Every so often there’s an article published that lists all the worst possible or most popular passwords. Most of them are amazingly silly and virtually useless passwords.
Chances are good that you have a password that made The Top 500 Worst Passwords Of All Time.
The numbers “123456” do not a good password make. Ditto for “password” as the password. Both rank high on the list of passwords not to use. “12345678” or your name are not better.
The problem with passwords is simple. The more complex the password, the more difficult it is for an intruder to guess. But, it’s also more difficult to remember.
Passwords that mix uppercase and lowercase letters with numbers and symbols are usually better, but are significantly more difficult to remember.
Mac users can choose from a few dozen apps that manage passwords, regardless of how complex they may be. And, there are dozens of apps that create more complex, and presumably more secure passwords.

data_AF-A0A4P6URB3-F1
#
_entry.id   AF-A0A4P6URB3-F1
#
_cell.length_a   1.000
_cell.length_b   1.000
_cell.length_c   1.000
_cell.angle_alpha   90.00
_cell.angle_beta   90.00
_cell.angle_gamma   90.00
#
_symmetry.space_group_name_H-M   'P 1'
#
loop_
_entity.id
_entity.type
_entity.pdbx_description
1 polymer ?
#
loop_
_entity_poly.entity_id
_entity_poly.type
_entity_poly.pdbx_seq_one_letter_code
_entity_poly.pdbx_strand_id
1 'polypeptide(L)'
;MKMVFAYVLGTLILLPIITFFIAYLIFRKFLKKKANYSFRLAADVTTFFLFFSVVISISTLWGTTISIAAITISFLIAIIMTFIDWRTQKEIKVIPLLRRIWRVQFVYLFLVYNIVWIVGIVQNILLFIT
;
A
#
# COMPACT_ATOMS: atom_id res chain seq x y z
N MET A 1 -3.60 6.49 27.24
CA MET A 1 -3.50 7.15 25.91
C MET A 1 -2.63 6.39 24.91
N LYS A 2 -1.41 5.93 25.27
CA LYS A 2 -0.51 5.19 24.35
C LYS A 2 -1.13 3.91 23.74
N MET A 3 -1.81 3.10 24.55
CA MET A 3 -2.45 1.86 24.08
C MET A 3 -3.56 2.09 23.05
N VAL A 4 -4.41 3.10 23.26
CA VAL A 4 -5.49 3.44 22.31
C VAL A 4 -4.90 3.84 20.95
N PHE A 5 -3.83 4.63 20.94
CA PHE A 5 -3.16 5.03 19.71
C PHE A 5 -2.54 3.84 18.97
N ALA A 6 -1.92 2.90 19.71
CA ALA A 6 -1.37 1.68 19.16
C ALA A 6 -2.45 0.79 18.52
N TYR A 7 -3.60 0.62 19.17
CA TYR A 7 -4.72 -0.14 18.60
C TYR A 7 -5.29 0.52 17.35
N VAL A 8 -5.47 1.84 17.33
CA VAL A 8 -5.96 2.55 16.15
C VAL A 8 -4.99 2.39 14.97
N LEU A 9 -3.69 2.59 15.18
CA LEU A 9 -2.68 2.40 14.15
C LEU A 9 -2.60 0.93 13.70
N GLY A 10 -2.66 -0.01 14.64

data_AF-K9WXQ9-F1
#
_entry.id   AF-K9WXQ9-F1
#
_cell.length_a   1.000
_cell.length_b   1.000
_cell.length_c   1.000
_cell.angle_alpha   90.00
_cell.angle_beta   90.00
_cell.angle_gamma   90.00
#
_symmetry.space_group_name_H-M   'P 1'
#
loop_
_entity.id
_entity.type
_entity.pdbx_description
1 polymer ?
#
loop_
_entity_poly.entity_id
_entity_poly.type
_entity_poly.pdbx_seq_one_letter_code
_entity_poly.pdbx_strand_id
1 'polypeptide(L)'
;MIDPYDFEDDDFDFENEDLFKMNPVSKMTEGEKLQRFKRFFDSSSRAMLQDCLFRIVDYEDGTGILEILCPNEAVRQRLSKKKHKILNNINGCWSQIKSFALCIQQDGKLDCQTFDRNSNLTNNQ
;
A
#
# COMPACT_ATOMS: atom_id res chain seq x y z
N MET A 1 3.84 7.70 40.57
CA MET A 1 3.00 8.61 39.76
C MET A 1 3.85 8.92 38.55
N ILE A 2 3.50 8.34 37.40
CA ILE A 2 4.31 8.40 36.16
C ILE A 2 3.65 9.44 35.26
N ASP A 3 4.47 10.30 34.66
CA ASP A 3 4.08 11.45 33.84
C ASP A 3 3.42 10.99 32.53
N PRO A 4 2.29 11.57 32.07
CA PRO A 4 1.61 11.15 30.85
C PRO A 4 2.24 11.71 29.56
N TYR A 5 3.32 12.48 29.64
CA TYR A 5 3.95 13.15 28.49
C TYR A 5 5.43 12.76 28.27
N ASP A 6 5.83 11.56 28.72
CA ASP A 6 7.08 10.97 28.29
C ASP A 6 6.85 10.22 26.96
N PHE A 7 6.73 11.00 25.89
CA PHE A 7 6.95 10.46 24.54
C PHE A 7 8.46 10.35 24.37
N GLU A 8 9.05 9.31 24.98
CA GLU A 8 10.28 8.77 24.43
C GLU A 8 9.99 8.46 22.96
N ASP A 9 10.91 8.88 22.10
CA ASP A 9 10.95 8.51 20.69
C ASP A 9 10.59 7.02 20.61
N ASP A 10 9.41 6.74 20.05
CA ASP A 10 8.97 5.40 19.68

For example, there’s the elegant PwGenerator, my favorite. Everything you need to create a good password is a click or two away.
Simple sliders help you determine the number of uppercase or lowercase letters, extra numbers or symbols, and total number of digits.
Other inexpensive password generators do the same thing. There are also online password generators such as Strong Password Generator which work similar magic.
Despite the easy ways to create a complex, more secure password, the original problem still remains Remembering the password you created. Password managers ease the pain of trying to remember a complex password. In a future post I’ll list my favorite password managers, and a time-honored way to create a complex password that’s also easier to remember.